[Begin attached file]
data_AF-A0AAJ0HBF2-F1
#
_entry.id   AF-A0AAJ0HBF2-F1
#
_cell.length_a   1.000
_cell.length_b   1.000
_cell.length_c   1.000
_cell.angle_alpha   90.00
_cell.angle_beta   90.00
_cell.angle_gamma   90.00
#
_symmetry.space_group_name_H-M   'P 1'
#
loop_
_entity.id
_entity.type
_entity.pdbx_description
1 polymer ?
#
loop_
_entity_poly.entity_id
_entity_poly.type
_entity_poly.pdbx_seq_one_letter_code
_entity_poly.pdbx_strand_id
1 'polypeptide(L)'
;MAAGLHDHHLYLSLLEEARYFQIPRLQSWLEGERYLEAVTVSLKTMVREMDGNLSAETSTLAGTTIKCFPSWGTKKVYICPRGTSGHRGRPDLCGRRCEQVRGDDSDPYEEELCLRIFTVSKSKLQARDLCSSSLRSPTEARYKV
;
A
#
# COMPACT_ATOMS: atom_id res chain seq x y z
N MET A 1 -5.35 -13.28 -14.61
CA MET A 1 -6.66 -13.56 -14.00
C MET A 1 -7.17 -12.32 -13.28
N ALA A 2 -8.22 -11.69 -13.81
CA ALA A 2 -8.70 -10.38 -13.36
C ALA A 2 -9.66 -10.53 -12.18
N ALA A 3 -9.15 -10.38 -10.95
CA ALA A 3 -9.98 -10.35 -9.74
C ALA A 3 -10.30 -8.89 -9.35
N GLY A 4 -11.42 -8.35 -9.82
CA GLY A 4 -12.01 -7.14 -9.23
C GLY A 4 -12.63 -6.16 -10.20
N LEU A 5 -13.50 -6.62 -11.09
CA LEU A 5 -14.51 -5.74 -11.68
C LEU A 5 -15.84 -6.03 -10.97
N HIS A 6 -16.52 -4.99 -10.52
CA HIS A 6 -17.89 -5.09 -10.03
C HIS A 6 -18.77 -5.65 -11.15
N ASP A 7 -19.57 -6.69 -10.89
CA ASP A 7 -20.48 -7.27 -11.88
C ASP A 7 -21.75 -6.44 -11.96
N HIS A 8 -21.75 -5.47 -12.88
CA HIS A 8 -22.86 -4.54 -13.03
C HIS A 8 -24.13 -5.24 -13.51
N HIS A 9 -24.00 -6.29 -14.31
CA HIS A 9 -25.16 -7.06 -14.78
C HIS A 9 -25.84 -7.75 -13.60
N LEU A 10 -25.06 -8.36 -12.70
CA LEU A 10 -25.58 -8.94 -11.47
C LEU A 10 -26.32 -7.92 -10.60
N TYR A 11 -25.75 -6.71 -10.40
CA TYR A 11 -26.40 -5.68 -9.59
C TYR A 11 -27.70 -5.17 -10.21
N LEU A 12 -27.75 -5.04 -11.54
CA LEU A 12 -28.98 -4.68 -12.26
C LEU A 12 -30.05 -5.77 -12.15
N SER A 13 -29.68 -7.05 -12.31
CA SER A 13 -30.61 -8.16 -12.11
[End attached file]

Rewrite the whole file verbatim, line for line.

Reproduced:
data_AF-A0AAJ0HBF2-F1
#
_entry.id   AF-A0AAJ0HBF2-F1
#
_cell.length_a   1.000
_cell.length_b   1.000
_cell.length_c   1.000
_cell.angle_alpha   90.00
_cell.angle_beta   90.00
_cell.angle_gamma   90.00
#
_symmetry.space_group_name_H-M   'P 1'
#
loop_
_entity.id
_entity.type
_entity.pdbx_description
1 polymer ?
#
loop_
_entity_poly.entity_id
_entity_poly.type
_entity_poly.pdbx_seq_one_letter_code
_entity_poly.pdbx_strand_id
1 'polypeptide(L)'
;MAAGLHDHHLYLSLLEEARYFQIPRLQSWLEGERYLEAVTVSLKTMVREMDGNLSAETSTLAGTTIKCFPSWGTKKVYICPRGTSGHRGRPDLCGRRCEQVRGDDSDPYEEELCLRIFTVSKSKLQARDLCSSSLRSPTEARYKV
;
A
#
# COMPACT_ATOMS: atom_id res chain seq x y z
N MET A 1 -5.35 -13.28 -14.61
CA MET A 1 -6.66 -13.56 -14.00
C MET A 1 -7.17 -12.32 -13.28
N ALA A 2 -8.22 -11.69 -13.81
CA ALA A 2 -8.70 -10.38 -13.36
C ALA A 2 -9.66 -10.53 -12.18
N ALA A 3 -9.15 -10.38 -10.95
CA ALA A 3 -9.98 -10.35 -9.74
C ALA A 3 -10.30 -8.89 -9.35
N GLY A 4 -11.42 -8.35 -9.82
CA GLY A 4 -12.01 -7.14 -9.23
C GLY A 4 -12.63 -6.16 -10.20
N LEU A 5 -13.50 -6.62 -11.09
CA LEU A 5 -14.51 -5.74 -11.68
C LEU A 5 -15.84 -6.03 -10.97
N HIS A 6 -16.52 -4.99 -10.52
CA HIS A 6 -17.89 -5.09 -10.03
C HIS A 6 -18.77 -5.65 -11.15
N ASP A 7 -19.57 -6.69 -10.89
CA ASP A 7 -20.48 -7.27 -11.88
C ASP A 7 -21.75 -6.44 -11.96
N HIS A 8 -21.75 -5.47 -12.88
CA HIS A 8 -22.86 -4.54 -13.03
C HIS A 8 -24.13 -5.24 -13.51
N HIS A 9 -24.00 -6.29 -14.31
CA HIS A 9 -25.16 -7.06 -14.78
C HIS A 9 -25.84 -7.75 -13.60
N LEU A 10 -25.06 -8.36 -12.70
CA LEU A 10 -25.58 -8.94 -11.47
C LEU A 10 -26.32 -7.92 -10.60
N TYR A 11 -25.75 -6.71 -10.40
CA TYR A 11 -26.40 -5.68 -9.59
C TYR A 11 -27.70 -5.17 -10.21
N LEU A 12 -27.75 -5.04 -11.54
CA LEU A 12 -28.98 -4.68 -12.26
C LEU A 12 -30.05 -5.77 -12.15
N SER A 13 -29.68 -7.05 -12.31
CA SER A 13 -30.61 -8.16 -12.11